Kramer Set to Debut a Cheaper Lightweight Race Bike

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Another juicy news item that comes to us straight from the Brap Talk motorcycle podcast, we get word that Kramer Motorcycles is working on a cheaper version of the Kramer HKR Evo2 race bike.

Based around the 690cc single-cylinder engine from KTM, the Kramer HKR Evo2 R is current available for a gasp-worthy amount of $22,500, which is obviously a lot of coin for a lightweight-class race bike.

Hoping to make that entry into the brand a little easier, and to provide racers with a platform that they can develop and customize themselves, we get word that Kramer is looking at a cheaper version of the Evo2, which will cost south of the $15,000 price point in the USA.

The price is still a large sum of money, but it brings the Kramer HKR Evo2 closer in line to what it would cost to purchase and build a competitive Suzuki SV650, Yamaha MT-07, or even the new Aprilia RS 660.

Along with this cheaper Kramer HKR Evo2 track bike, the Germans are also said to be eyeing specific upgrade kits for the machine (brakes, suspension, wheels, etc), making the bike a sort of à la carte sort of affair (which sound like another German, if you ask me).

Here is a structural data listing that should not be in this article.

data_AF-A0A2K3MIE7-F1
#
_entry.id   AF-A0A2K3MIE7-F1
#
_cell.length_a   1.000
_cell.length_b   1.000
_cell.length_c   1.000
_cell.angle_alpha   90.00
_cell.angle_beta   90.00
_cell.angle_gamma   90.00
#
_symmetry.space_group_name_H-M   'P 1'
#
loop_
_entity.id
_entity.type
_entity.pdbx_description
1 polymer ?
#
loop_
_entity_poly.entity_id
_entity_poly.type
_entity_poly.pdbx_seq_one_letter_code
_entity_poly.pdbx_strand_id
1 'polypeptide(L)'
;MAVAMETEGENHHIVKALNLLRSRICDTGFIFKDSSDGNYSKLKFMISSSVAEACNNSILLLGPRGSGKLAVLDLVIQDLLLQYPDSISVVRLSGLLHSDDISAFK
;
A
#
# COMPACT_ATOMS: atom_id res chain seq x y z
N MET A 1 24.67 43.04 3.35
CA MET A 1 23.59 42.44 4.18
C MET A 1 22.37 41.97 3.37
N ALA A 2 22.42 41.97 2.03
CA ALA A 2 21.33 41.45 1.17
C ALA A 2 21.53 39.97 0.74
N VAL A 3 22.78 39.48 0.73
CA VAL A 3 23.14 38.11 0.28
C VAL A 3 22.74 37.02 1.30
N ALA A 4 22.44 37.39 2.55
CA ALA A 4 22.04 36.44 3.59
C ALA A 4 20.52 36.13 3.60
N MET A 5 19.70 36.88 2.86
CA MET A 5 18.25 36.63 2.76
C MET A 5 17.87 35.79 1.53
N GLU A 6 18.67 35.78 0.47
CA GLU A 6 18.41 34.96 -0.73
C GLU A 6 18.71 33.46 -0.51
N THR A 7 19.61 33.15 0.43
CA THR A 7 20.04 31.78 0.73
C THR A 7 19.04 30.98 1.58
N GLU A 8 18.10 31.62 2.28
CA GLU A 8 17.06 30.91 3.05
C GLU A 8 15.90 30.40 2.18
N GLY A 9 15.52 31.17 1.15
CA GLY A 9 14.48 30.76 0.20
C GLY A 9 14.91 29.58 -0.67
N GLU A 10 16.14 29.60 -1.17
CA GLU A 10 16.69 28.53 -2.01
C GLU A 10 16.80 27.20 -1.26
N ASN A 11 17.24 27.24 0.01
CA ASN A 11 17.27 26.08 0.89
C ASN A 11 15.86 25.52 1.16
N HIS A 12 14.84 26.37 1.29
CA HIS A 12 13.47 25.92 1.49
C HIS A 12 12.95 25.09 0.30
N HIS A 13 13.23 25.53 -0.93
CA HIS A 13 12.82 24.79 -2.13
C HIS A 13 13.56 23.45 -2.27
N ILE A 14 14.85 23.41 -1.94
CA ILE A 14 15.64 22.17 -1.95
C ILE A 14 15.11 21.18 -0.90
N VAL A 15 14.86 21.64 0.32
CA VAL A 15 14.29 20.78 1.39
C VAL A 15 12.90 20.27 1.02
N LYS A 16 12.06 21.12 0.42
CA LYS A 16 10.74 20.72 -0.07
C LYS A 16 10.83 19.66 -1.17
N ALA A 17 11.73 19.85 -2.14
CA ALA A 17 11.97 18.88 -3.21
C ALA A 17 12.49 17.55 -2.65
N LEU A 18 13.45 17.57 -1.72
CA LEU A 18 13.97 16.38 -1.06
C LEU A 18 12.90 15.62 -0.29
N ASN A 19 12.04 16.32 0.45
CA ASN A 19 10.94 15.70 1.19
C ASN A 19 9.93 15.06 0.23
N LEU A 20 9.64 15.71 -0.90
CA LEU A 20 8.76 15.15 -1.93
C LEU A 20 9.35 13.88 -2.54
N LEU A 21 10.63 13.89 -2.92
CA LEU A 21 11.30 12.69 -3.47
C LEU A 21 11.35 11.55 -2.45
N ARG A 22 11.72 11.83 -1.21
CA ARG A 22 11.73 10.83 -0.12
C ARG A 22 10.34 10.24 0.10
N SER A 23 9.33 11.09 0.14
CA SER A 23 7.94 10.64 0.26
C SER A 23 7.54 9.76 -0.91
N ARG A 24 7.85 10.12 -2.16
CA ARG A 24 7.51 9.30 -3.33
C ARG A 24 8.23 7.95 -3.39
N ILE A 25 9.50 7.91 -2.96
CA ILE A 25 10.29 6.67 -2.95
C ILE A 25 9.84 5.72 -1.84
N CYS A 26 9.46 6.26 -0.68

With a platform that starts under $15,000 alongside a turn-key race winner at $22,500, this new model seems like the second part of a two-pronged approach to stacking grids with these lightweight Lightweights.

As someone who has taken a bare bones Kramer HKR Evo2 and built it into a multiple class-winning machine, I have to say I like this idea very much, and it takes away one of the major barriers for racers (and track day riders) to getting on these German-built machines.

This is because if there is one weakness in the Kramer offering, it is the price tag, and this news tackles that issue head-on. 

Now, if we can only do something about the $30,000+ pricing on the twin-cylinder Kramer GP2 890 R race bike

Source: Brap Talk Motorcycle Podcast; Photo: © 2018 Jensen Beeler / Asphalt & Rubber – All Rights Reserved

Jensen Beeler

Despite his best efforts, Jensen is called one of the most influential bloggers in the motorcycle industry, and sometimes consults for motorcycle companies, whether they've solicited his expertise or not.